I'm still getting the same error. I first used dotnet ef database update MyFirstMigration --context BloggingContext that worked successfully. Then I ran dotnet ef migrations remove --context BloggingContext that gave me the same error message as in my post – nam Jul 5 '16 at 22:22
  • 17
    You'll need to update to the migration before MyFirstMigration. If that is the 1st migration (as the name implies) then you can use dotnet ef database update 0 to revert(unapply) all migrations from the database. You should then be able to run dotnet ef migrations remove. – bvpb Jul 8 '16 at 0:15
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    Also it's worth noting that you should only use the name of the migration, excluding the date-prefix – Structed Oct 11 '17 at 16:03
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    Call dotnet ef migrations remove after this – Chamika Sandamal Sep 18 '18 at 5:36
  • Your second statement: "Then try to remove last migration" is not complete in this answer, please say exactly what you mean. remove the migration file? execute a command? ... – S.Serpooshan Dec 15 '18 at 6:23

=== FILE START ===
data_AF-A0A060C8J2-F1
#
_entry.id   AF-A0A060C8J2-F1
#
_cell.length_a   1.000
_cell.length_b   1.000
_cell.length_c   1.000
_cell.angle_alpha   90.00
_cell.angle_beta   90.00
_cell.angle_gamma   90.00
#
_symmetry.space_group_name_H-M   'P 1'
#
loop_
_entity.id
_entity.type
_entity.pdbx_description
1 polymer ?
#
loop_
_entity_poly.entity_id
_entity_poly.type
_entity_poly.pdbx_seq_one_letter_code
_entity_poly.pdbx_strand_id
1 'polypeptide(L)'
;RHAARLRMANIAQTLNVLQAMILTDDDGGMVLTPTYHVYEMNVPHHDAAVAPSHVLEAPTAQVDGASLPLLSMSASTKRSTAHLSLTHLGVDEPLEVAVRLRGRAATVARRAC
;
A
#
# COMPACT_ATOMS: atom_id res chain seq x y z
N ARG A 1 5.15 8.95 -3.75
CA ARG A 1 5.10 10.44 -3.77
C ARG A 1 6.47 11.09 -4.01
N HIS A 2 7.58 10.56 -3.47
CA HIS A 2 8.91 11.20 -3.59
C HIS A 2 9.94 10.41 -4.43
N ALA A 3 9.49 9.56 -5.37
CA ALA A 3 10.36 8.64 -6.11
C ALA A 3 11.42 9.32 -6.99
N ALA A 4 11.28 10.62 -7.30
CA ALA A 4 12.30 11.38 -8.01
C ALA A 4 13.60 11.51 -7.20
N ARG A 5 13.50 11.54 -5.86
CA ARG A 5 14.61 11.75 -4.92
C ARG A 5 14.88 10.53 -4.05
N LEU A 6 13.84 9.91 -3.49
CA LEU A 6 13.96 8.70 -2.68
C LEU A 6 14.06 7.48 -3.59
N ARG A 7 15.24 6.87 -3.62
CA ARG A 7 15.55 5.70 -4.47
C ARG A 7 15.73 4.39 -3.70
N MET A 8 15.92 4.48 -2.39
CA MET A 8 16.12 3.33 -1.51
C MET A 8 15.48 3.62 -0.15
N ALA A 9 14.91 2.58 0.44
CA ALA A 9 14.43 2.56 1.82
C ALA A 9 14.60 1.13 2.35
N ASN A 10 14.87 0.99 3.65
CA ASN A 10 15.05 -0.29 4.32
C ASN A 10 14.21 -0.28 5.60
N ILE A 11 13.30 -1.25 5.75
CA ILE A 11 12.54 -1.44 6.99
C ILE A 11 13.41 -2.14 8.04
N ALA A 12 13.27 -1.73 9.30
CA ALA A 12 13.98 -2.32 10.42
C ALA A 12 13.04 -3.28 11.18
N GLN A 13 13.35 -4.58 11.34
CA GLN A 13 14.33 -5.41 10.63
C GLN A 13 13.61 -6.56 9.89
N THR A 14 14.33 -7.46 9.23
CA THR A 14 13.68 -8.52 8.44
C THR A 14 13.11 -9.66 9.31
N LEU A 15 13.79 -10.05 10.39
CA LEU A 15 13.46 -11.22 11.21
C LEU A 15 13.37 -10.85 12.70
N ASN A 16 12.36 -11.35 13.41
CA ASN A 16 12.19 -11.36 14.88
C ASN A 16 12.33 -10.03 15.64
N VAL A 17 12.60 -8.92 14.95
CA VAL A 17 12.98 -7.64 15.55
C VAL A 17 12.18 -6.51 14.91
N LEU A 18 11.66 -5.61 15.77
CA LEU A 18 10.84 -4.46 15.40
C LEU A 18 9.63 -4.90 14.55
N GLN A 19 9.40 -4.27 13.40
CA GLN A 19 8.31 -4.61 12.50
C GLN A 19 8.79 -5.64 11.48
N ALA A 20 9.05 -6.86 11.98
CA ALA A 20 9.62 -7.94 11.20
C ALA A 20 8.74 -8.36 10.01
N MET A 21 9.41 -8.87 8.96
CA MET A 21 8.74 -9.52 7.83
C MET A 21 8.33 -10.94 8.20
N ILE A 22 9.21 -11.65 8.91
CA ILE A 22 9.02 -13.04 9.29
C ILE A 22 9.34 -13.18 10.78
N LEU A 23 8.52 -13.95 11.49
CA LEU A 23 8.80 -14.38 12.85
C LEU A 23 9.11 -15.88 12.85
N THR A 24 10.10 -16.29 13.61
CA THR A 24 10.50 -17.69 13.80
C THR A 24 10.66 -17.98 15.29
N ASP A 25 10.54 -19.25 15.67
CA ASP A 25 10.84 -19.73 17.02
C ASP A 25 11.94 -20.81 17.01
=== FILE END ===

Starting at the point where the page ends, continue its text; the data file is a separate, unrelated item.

To completely remove all migrations and start all over again, do the following:

dotnet ef database update 0
dotnet ef migrations remove
  • 2
    But you don't want to remove all migrations. For example, you want to keep the default migration VS creates for identity (User Accounts) under Data\Migrations folder. – nam Nov 27 '16 at 18:53
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    It's good to know dotnet ef database update 0, but running dotnet ef migrations remove afterwards will remove default migration for Identity, which might not be desired. – kimbaudi Dec 1 '16 at 19:08